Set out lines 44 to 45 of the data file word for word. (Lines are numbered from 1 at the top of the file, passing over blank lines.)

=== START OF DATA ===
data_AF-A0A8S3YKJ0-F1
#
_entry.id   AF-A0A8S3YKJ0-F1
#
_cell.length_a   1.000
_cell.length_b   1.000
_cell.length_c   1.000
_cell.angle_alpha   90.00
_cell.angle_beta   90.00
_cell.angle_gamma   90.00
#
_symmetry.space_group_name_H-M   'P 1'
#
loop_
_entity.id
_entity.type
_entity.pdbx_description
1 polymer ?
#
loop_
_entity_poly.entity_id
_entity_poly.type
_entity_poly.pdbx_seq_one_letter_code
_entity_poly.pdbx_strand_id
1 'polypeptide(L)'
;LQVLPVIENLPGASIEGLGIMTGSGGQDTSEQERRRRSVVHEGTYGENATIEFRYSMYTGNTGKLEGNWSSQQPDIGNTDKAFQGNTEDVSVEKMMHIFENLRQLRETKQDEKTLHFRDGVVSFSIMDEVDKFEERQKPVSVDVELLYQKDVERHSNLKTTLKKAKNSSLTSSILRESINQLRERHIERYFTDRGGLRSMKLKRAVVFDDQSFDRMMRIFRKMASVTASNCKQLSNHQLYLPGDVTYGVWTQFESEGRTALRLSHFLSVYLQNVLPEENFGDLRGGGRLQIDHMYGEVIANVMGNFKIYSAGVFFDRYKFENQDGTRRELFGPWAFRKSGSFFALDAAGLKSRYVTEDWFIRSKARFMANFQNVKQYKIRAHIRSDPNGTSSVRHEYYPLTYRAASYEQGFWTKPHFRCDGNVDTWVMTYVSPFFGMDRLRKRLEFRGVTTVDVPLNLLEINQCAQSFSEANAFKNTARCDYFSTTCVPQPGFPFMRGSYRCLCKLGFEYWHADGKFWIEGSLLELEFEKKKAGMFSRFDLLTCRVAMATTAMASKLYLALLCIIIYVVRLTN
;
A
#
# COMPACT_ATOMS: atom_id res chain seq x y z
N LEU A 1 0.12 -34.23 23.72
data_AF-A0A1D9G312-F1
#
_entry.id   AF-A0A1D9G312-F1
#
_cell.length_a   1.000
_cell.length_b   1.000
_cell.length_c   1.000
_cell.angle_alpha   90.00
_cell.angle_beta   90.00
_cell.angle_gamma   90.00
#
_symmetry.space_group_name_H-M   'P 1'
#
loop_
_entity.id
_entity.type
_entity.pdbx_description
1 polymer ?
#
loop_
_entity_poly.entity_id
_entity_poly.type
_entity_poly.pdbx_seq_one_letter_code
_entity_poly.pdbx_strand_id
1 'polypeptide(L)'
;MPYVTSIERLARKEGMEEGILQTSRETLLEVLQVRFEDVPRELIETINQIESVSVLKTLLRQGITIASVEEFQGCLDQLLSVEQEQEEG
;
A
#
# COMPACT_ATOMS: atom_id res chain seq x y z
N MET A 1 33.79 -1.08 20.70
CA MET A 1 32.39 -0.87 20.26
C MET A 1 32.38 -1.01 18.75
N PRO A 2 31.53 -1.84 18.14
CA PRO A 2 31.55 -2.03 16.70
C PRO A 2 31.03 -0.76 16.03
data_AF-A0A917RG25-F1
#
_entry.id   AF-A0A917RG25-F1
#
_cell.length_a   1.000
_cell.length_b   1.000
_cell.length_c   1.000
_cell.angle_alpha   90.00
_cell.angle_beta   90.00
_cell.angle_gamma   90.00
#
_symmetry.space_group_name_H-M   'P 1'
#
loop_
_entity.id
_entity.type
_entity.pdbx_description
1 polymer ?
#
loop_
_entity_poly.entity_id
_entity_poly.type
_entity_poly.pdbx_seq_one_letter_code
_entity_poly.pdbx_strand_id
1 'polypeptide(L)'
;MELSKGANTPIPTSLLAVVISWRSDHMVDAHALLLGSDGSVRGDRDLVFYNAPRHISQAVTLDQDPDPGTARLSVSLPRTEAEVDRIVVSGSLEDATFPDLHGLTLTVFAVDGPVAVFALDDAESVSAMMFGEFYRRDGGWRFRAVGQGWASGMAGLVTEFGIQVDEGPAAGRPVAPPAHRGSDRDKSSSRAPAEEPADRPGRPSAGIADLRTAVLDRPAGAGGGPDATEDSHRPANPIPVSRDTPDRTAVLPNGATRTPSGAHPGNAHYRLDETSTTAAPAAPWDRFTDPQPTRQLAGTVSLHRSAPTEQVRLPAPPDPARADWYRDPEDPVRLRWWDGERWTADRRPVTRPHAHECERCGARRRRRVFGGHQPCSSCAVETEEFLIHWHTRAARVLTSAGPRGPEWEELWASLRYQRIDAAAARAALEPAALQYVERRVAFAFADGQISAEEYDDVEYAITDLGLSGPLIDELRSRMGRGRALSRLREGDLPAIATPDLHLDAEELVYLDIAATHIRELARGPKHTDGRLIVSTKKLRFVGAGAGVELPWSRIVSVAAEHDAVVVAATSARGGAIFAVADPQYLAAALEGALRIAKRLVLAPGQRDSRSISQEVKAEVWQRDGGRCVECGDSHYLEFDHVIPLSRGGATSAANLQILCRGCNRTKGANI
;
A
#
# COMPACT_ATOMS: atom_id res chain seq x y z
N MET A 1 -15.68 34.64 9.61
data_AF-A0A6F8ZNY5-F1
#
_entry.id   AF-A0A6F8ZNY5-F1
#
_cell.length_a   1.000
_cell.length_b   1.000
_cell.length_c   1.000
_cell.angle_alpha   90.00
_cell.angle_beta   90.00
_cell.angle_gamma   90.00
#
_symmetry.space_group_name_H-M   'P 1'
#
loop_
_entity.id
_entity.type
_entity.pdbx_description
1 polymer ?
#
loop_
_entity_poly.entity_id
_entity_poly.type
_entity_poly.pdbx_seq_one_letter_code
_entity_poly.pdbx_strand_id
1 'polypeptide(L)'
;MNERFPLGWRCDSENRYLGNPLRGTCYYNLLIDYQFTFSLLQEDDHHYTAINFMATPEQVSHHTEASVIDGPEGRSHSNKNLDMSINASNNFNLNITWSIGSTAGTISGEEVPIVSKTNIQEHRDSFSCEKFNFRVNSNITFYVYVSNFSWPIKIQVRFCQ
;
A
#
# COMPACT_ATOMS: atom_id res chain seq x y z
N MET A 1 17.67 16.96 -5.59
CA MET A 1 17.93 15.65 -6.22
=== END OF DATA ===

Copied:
#
loop_